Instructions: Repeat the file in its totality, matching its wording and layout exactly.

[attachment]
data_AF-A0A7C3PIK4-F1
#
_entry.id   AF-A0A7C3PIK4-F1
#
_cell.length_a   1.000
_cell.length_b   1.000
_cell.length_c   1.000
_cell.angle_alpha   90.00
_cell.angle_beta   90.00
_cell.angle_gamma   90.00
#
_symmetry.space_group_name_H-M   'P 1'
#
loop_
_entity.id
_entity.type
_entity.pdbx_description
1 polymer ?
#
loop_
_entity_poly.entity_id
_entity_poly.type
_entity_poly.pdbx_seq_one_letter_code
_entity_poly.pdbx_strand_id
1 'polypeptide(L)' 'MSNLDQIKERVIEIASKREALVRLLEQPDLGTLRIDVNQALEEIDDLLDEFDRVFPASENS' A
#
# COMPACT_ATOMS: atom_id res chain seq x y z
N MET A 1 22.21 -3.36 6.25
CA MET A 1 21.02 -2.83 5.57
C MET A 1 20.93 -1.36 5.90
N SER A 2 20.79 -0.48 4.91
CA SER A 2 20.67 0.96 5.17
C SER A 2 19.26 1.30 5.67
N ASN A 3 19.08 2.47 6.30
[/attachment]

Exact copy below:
data_AF-A0A7C3PIK4-F1
#
_entry.id   AF-A0A7C3PIK4-F1
#
_cell.length_a   1.000
_cell.length_b   1.000
_cell.length_c   1.000
_cell.angle_alpha   90.00
_cell.angle_beta   90.00
_cell.angle_gamma   90.00
#
_symmetry.space_group_name_H-M   'P 1'
#
loop_
_entity.id
_entity.type
_entity.pdbx_description
1 polymer ?
#
loop_
_entity_poly.entity_id
_entity_poly.type
_entity_poly.pdbx_seq_one_letter_code
_entity_poly.pdbx_strand_id
1 'polypeptide(L)' 'MSNLDQIKERVIEIASKREALVRLLEQPDLGTLRIDVNQALEEIDDLLDEFDRVFPASENS' A
#
# COMPACT_ATOMS: atom_id res chain seq x y z
N MET A 1 22.21 -3.36 6.25
CA MET A 1 21.02 -2.83 5.57
C MET A 1 20.93 -1.36 5.90
N SER A 2 20.79 -0.48 4.91
CA SER A 2 20.67 0.96 5.17
C SER A 2 19.26 1.30 5.67
N ASN A 3 19.08 2.47 6.30